There is no doubt that Heiden is the most successful and impressive athlete in Wisconsin history. In fact, he might be one of the greatest athletes of all time. He is the only person in the history of the Winter Olympics to bring home five gold medals, and one of only 10 people to ever win five or more gold medals in a single Olympic Games. Only Mark Spitz, Michael Phelps (twice), Vitaly Scherbo and Kristin Otto have won six or more.
To me, that is something that will never be equaled and it's mind-blowing. I don't think it gets the due it deserves because that was the same year as the Miracle on Ice and everyone focuses on that.
It would be like if you're a track athlete winning everything from the 100 meter dash to the 10k. You're the best in sprints, middle distances and the longest event your sport has. I can't think of anyone except Michael Phelps who could pull off something like that.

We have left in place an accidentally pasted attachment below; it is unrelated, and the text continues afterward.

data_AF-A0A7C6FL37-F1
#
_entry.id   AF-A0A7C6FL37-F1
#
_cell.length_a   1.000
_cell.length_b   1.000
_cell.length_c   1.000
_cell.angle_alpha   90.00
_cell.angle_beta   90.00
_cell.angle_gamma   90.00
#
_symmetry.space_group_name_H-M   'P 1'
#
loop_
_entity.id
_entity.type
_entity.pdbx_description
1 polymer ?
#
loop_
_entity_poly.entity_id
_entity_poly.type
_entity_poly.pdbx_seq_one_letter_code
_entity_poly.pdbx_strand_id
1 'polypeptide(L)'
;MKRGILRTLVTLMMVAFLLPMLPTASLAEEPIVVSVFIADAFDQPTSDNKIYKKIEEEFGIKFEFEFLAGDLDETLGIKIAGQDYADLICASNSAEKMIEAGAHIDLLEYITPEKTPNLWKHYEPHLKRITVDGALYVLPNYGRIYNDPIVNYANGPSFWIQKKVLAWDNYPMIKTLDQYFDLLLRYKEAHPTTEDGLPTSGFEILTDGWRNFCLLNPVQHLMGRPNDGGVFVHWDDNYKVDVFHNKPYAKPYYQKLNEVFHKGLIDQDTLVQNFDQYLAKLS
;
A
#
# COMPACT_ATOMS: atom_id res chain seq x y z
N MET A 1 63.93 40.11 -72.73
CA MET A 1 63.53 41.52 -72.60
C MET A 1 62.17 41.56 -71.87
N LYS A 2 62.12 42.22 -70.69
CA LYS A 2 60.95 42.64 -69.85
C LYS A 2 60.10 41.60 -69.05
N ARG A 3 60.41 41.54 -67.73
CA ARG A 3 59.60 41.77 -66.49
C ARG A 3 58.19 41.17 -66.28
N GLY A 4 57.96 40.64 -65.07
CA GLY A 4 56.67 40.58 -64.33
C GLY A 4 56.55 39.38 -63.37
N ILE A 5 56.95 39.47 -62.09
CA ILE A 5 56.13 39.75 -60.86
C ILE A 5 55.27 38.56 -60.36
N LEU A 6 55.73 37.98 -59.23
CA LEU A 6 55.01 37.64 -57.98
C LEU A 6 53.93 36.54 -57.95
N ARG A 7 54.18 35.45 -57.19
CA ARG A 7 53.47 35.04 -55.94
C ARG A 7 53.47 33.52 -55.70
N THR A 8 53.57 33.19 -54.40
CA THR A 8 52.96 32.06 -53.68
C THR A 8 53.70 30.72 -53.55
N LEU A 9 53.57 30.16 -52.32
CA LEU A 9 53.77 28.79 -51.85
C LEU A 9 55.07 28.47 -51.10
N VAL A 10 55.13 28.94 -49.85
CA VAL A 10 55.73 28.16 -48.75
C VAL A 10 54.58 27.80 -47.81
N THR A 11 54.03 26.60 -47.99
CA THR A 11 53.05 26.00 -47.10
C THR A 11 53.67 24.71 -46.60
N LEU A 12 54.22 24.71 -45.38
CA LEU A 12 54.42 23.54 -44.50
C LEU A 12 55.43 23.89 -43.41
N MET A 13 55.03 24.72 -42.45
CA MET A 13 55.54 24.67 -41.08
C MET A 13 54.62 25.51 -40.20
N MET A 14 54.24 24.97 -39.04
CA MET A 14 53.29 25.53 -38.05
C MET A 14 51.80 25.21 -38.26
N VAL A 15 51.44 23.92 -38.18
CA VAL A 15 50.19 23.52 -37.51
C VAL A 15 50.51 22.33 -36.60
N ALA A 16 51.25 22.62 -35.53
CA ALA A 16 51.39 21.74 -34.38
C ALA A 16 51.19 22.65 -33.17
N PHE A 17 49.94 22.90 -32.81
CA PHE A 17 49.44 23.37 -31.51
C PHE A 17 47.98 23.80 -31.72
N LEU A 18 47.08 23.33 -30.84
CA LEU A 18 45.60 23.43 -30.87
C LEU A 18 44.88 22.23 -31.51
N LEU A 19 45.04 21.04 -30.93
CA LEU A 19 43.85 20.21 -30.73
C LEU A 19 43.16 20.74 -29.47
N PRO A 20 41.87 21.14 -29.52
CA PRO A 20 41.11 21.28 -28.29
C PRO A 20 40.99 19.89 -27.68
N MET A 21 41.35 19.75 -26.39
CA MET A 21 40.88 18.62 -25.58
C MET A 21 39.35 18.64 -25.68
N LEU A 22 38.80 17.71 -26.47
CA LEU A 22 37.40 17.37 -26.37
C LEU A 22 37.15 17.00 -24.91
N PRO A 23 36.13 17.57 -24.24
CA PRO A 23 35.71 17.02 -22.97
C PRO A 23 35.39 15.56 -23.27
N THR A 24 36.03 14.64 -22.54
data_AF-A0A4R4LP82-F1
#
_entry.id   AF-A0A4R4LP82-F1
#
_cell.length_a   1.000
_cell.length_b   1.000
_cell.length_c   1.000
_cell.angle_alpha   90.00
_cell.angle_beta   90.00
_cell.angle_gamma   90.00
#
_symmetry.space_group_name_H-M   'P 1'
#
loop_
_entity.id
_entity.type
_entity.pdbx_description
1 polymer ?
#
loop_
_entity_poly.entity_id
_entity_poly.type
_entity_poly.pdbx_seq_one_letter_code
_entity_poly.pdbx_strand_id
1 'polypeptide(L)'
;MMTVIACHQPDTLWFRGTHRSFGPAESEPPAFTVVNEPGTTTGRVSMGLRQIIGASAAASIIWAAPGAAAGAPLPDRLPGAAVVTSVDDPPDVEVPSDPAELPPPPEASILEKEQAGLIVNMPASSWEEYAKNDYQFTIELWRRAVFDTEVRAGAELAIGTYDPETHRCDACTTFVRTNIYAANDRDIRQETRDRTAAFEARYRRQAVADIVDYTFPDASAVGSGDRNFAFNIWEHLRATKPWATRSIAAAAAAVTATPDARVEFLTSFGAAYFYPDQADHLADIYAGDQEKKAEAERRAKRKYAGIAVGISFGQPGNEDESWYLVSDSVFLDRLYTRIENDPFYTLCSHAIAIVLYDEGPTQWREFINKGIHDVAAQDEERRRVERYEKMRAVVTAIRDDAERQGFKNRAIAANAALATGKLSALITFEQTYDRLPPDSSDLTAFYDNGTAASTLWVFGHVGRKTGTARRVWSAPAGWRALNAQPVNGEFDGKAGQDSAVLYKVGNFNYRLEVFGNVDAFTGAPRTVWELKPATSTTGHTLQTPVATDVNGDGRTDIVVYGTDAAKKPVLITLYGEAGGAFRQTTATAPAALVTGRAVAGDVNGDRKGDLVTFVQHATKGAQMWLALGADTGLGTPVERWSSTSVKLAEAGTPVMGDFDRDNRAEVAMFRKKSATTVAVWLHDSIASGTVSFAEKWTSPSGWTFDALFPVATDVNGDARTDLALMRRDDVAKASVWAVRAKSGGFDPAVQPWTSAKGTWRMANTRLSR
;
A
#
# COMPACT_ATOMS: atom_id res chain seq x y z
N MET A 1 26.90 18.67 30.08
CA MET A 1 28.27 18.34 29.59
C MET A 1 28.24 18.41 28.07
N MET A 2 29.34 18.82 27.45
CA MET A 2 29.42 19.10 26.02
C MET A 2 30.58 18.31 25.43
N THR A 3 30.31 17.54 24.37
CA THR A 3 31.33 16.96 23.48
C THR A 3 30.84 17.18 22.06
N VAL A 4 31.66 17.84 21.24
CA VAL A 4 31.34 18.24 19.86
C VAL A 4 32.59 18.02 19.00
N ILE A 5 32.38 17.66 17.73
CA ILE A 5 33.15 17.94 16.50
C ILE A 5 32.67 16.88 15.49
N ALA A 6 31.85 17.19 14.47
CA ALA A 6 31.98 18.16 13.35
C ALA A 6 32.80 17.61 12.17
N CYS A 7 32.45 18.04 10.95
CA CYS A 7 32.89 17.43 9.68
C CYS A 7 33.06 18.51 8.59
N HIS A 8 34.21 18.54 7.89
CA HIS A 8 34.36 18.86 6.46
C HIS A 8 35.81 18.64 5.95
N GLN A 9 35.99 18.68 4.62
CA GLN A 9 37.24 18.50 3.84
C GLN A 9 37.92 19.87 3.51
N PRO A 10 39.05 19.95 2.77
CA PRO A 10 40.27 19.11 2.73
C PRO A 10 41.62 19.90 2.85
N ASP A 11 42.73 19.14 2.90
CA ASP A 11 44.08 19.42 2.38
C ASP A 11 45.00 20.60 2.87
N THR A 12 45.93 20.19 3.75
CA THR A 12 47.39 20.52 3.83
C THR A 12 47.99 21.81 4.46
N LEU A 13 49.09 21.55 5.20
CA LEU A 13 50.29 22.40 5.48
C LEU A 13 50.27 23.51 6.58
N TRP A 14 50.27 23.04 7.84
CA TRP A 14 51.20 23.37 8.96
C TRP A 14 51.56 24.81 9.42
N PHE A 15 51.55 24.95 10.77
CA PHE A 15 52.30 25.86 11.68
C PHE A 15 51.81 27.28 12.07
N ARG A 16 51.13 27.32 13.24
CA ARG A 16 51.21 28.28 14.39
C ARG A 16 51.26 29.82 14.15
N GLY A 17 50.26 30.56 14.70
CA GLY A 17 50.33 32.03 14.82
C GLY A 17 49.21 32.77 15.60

--Lance Allen, Today's TMJ4 Sports Anchor
Aside from Olympic hardware, he also collected 7 golds and one silver at World Championships from 1977 to 1980, and 15 speed skating world records in the 1,000 meter, 10,000 meter and everything in between.
Most athletes would be done at this point in their career, but Heiden was just getting started. Following his skating career, he made it his goal to become a world-class cyclist. He won a few American races, and competed in the 1986 Tour de France. After that, he focused on medicine. He completed residency at the University of California, Davis, and became the team physician for the Sacramento Kings, Sacramento Monarchs and the U.S. Olympic Speedskating team.